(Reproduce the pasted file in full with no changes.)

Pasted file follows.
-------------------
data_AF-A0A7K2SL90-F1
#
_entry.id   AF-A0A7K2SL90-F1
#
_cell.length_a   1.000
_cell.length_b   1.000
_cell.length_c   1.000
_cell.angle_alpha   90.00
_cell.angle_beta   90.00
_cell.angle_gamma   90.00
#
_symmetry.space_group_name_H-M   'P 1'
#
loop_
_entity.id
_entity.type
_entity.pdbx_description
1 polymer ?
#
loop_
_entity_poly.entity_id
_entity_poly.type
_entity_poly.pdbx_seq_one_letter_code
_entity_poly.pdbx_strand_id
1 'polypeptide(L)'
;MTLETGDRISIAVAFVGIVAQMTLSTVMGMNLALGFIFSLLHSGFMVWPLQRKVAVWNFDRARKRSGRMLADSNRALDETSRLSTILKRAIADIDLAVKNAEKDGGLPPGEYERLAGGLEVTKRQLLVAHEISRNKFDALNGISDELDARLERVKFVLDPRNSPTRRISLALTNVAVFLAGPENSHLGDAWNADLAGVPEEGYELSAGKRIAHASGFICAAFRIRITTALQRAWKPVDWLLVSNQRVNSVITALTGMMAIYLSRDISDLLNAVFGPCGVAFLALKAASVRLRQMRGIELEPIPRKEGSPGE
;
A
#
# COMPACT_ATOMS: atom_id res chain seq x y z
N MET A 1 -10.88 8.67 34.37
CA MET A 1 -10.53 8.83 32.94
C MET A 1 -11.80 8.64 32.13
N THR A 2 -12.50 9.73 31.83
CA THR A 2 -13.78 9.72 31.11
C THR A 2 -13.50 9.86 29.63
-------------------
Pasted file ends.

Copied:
data_AF-A0A7K2SL90-F1
#
_entry.id   AF-A0A7K2SL90-F1
#
_cell.length_a   1.000
_cell.length_b   1.000
_cell.length_c   1.000
_cell.angle_alpha   90.00
_cell.angle_beta   90.00
_cell.angle_gamma   90.00
#
_symmetry.space_group_name_H-M   'P 1'
#
loop_
_entity.id
_entity.type
_entity.pdbx_description
1 polymer ?
#
loop_
_entity_poly.entity_id
_entity_poly.type
_entity_poly.pdbx_seq_one_letter_code
_entity_poly.pdbx_strand_id
1 'polypeptide(L)'
;MTLETGDRISIAVAFVGIVAQMTLSTVMGMNLALGFIFSLLHSGFMVWPLQRKVAVWNFDRARKRSGRMLADSNRALDETSRLSTILKRAIADIDLAVKNAEKDGGLPPGEYERLAGGLEVTKRQLLVAHEISRNKFDALNGISDELDARLERVKFVLDPRNSPTRRISLALTNVAVFLAGPENSHLGDAWNADLAGVPEEGYELSAGKRIAHASGFICAAFRIRITTALQRAWKPVDWLLVSNQRVNSVITALTGMMAIYLSRDISDLLNAVFGPCGVAFLALKAASVRLRQMRGIELEPIPRKEGSPGE
;
A
#
# COMPACT_ATOMS: atom_id res chain seq x y z
N MET A 1 -10.88 8.67 34.37
CA MET A 1 -10.53 8.83 32.94
C MET A 1 -11.80 8.64 32.13
N THR A 2 -12.50 9.73 31.83
CA THR A 2 -13.78 9.72 31.11
C THR A 2 -13.50 9.86 29.63